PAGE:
It was five years ago that Tehila Shiloni, 12, lost her brother.
Sgt. Almog Shiloni was a soldier in the Israel Defense Forces who was stabbed to death in a November 2014 terror attack at a train station in Tel Aviv after a Palestinian grabbed his rifle. And because of that unfortunate incident, Tehila was one of 26 Israeli teens who recently got the chance to attend summer camp in the United States.
The annual trip is arranged by Friends of the Israel Defense Forces for children or siblings of fallen soldiers. All expenses were paid for by the nonprofit for the children, ages 12 to 14, as they visited Capital Camps and Retreat Center in Waynesboro, toured Washington, D.C., and, for the first time in the program’s history, visited Philadelphia.
The trip gave Tehila and the other teens an opportunity to make friends and experience a new culture. She said her favorite camp activities were swimming in the lake and the zipline.
Michelle Maydam Yamco, one of two active duty commanders from the IDF Casualty and Wounded Department who accompanied the delegation, said the trip gives kids a chance to be with others who have experienced similar trauma.
“These kids, being around their natural habitat, they’re different because they went through something that the others didn’t. And when here, they’re all the same,” Maydam Yamco said. “Somebody walks outside to cry because he’s reminded of his father or his parents, they all understand each other. They all can hug each other.”
Accompanying the kids were six Israeli counselors who also lost loved ones who served in the IDF.
Counselor Abas Abo Agena was 7 when his father, a Bedouin who worked as a tracker along the border, was killed in an incident involving smugglers. Today, the 24-year-old has taken after his father and also works as a tracker in the IDF. During the trip to the U.S., he spent a lot of time with three Bedouin siblings, acting as an Arabic translator for the children who lost their brother in a terror attack in Gaza.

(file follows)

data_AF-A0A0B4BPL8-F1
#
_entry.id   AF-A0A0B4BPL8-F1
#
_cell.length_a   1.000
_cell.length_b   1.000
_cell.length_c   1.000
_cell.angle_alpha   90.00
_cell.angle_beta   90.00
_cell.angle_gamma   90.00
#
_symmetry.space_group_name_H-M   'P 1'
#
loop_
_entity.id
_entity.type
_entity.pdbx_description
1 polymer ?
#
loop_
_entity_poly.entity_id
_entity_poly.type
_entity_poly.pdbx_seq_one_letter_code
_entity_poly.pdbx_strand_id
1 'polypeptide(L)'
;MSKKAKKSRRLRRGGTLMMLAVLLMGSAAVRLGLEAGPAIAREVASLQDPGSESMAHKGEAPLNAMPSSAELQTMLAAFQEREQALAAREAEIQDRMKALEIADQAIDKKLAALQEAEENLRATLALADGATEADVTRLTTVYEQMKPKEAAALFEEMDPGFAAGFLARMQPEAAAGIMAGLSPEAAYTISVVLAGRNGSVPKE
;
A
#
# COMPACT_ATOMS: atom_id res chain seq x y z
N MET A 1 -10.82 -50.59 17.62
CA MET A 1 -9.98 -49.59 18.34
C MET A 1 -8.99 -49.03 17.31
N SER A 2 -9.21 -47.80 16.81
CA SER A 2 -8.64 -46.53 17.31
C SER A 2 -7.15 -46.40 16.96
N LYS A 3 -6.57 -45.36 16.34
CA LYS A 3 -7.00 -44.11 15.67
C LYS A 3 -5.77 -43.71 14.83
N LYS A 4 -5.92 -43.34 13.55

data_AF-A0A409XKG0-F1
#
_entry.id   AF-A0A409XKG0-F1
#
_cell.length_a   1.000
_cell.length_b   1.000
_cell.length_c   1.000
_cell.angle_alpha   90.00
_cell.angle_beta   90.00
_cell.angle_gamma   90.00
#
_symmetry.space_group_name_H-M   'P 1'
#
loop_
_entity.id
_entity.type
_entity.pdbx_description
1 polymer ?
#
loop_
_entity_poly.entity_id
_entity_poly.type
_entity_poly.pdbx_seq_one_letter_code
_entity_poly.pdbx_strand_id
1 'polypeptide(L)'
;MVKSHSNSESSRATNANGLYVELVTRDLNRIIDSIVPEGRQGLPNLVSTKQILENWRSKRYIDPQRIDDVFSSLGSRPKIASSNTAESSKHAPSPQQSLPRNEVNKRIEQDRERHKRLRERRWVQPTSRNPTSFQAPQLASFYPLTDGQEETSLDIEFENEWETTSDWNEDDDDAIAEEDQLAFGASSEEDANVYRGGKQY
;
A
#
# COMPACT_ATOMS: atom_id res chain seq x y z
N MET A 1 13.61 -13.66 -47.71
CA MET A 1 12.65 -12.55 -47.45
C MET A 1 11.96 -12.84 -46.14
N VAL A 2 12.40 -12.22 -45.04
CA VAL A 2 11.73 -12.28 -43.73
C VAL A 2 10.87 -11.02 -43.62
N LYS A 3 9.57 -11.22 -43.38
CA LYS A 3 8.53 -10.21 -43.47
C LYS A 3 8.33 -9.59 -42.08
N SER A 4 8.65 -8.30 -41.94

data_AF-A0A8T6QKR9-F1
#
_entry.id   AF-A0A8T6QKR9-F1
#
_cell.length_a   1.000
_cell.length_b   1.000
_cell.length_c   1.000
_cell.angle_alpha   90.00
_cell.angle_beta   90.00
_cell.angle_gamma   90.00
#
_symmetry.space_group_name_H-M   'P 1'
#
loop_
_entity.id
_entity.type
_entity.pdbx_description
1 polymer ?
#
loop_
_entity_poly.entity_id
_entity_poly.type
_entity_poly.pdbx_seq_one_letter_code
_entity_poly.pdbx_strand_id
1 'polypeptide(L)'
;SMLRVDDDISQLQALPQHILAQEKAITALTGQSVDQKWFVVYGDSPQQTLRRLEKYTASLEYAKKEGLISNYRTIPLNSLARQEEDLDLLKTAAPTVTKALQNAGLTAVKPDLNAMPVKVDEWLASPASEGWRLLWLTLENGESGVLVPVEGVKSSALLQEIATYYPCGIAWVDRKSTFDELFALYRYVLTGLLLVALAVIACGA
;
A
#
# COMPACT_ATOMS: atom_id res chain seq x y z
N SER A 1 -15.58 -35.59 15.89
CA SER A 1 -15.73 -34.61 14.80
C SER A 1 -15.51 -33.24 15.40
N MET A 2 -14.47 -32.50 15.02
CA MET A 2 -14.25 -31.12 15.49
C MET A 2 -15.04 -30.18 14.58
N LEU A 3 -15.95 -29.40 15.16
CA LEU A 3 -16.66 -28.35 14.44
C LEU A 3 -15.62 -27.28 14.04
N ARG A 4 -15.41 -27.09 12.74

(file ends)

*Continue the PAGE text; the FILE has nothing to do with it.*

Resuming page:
“This delegation is the face of all of Israel. We have Druze, we have Bedouin, all kinds of Jewish, Orthodox, non-Orthodox — all of the team beside [the two commanders] are siblings or orphans who lost their loved ones during their service in the army,” Maydam Yamco said. “The most important thing: that they’re going to feel happy and loved. They deserve it.”
The other commander with the group, Kobi Masa, said the trip was an opportunity for the kids to have fun and not think about the losses that occurred back home. In Philadelphia, they got the chance to sightsee and learn about American history. They even got to visit Hersheypark.
“These children live in a sad house, during a time they see their parents cry every day,” Masa said. ”And this time, they forget everything, go to enjoy a new atmosphere.”
Tzvia Wexler, who serves as executive director of FIDF’s Pennsylvania and Southern New Jersey chapter, which formed in 2011, said the trip’s impact on the children’s lives is noticeable.
“I can tell you, 100%, they walk away with a different perspective for life,” Wexler said. “They come here with this horrible feeling, and then they get to meet other kids their age and adults that give them a different way of life, show them [things] they did not expect to see, a new place to see, a new culture.”
On July 17, the children got to enjoy a ceremonial Bar and Bat Mitzvah party at the Jewish Family and Children’s Service Barbara and Harvey Brodsky Enrichment Center in Bala Cynwyd. The party was an opportunity for program supporters to meet face-to-face with LEGACY Summer Camp program participants. These donors included Bobbi Brodsky, Margie Brodsky and Israel Roizman, who pledged to donate $36,000 to FIDF while speaking to the crowd.
FIDF National President Bobby Cohen, who spoke at the event, said there was no greater joy than receiving a hug from a child the program has helped.
“The only thing I care about is I get a hug from every one of these kids,” Cohen said. “So your job tonight is to hug 10 kids. You don’t hug 10 kids, you’re not doing your job. It’s not a job, it’s a blessing.”
The celebration ended with a candle-lighting ceremony. The kids gathered around a cake at the front of the room and lit candles in memory of family members who died during military service.
Tears rolled down the faces of several children as the names were said aloud. At the end, the kids blew out the candles and took part in music and dance.
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